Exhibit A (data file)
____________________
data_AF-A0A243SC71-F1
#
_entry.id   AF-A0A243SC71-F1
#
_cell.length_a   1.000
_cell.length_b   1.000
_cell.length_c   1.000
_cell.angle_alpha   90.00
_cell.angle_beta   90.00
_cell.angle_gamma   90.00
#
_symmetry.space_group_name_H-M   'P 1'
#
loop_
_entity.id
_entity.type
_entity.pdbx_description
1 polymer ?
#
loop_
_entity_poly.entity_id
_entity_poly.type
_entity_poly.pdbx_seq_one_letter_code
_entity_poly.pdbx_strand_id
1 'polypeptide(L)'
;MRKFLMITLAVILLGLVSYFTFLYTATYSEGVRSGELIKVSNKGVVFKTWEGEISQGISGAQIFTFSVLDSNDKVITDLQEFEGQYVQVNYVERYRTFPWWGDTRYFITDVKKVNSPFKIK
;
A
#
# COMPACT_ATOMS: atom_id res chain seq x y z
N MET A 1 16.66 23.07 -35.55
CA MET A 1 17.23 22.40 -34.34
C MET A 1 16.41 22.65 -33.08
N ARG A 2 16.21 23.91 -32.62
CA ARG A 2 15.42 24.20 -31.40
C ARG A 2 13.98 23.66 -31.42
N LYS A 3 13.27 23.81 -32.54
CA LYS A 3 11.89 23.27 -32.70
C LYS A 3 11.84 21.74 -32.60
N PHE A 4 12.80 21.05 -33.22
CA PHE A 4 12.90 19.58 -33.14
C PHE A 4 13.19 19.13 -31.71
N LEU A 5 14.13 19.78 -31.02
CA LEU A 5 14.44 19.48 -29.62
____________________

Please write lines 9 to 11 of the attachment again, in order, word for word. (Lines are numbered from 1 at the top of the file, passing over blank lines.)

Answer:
_cell.angle_beta   90.00
_cell.angle_gamma   90.00
#